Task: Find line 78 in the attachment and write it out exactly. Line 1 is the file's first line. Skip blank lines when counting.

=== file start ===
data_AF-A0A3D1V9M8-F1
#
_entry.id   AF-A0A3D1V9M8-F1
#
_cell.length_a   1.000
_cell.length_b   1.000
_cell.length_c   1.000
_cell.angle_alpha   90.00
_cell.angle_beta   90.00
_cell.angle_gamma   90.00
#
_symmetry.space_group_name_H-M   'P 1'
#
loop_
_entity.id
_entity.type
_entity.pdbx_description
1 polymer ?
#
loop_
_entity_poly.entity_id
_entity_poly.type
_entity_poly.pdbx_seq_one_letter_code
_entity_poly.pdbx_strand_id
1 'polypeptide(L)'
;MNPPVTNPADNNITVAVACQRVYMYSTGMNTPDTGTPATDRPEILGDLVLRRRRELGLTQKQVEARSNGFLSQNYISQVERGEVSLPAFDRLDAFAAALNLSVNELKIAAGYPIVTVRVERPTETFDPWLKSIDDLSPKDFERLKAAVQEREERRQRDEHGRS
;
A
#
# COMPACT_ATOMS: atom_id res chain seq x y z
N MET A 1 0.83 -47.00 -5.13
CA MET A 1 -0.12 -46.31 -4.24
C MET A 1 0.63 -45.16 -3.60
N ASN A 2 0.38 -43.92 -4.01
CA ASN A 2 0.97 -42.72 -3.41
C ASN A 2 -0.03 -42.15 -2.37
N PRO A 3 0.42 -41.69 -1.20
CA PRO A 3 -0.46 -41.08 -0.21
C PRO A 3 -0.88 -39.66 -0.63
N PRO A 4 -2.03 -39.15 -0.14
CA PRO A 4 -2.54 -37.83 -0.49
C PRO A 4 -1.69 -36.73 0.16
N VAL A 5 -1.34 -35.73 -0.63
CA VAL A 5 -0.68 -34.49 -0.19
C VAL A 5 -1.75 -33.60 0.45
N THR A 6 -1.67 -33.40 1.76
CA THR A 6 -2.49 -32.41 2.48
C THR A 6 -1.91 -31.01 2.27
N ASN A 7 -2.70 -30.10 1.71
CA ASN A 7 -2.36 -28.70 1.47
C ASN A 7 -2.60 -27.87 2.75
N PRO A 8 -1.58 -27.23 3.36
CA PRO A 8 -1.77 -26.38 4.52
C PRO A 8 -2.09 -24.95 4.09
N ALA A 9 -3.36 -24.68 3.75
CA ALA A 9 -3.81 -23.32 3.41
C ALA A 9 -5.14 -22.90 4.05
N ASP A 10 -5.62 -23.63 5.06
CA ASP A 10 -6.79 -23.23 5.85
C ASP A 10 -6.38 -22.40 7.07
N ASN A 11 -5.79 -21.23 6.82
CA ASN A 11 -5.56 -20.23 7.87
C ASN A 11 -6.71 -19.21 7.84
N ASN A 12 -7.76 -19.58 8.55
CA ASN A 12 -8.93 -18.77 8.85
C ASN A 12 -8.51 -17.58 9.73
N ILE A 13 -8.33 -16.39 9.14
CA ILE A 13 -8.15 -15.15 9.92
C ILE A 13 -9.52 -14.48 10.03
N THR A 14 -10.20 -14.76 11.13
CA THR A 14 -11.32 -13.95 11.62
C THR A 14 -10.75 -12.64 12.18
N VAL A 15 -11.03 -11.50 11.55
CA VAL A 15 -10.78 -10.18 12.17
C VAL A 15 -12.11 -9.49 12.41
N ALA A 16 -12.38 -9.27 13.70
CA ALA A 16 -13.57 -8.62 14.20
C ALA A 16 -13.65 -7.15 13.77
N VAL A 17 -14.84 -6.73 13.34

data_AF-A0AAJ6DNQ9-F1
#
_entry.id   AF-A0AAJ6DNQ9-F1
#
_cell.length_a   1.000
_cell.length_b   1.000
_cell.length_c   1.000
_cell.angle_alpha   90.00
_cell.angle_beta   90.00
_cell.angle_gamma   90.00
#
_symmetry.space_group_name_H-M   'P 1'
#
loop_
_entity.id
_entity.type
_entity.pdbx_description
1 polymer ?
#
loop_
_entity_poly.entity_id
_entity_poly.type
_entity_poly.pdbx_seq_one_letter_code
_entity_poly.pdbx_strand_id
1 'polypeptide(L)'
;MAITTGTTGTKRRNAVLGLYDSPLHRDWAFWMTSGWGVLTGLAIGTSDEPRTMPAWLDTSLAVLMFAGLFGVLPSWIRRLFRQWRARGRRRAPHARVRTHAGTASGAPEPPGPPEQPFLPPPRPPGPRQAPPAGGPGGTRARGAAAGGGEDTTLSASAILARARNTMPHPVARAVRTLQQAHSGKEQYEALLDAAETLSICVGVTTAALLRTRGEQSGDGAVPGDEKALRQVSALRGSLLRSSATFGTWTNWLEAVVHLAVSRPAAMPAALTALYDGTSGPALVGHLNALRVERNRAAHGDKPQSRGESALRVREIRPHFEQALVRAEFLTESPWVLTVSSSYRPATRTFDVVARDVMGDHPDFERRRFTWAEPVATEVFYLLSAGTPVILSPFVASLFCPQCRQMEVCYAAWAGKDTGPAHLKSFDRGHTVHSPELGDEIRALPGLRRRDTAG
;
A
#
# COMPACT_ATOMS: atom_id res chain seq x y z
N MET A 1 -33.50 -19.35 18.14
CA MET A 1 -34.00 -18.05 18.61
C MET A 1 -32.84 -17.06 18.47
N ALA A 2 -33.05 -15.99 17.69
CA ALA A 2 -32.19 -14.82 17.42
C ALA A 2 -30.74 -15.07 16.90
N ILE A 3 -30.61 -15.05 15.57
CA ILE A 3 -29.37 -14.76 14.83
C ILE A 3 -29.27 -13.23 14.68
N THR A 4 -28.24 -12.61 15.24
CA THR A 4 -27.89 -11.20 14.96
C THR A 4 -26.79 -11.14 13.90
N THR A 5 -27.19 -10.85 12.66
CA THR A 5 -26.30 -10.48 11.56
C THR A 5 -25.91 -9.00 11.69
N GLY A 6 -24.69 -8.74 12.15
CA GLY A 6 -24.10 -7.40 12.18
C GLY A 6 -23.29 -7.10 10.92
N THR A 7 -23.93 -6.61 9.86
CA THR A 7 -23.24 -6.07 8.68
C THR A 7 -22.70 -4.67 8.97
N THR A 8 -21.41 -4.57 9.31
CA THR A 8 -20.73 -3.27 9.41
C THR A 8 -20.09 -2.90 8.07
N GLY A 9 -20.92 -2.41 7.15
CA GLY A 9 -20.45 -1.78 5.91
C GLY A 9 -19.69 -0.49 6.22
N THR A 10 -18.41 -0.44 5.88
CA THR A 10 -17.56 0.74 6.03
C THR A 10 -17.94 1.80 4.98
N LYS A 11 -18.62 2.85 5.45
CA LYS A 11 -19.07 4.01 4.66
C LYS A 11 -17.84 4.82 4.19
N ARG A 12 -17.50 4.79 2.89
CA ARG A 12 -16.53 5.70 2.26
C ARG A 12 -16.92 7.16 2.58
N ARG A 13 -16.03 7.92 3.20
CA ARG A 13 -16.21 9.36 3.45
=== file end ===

C ALA A 16 -13.65 -7.15 13.77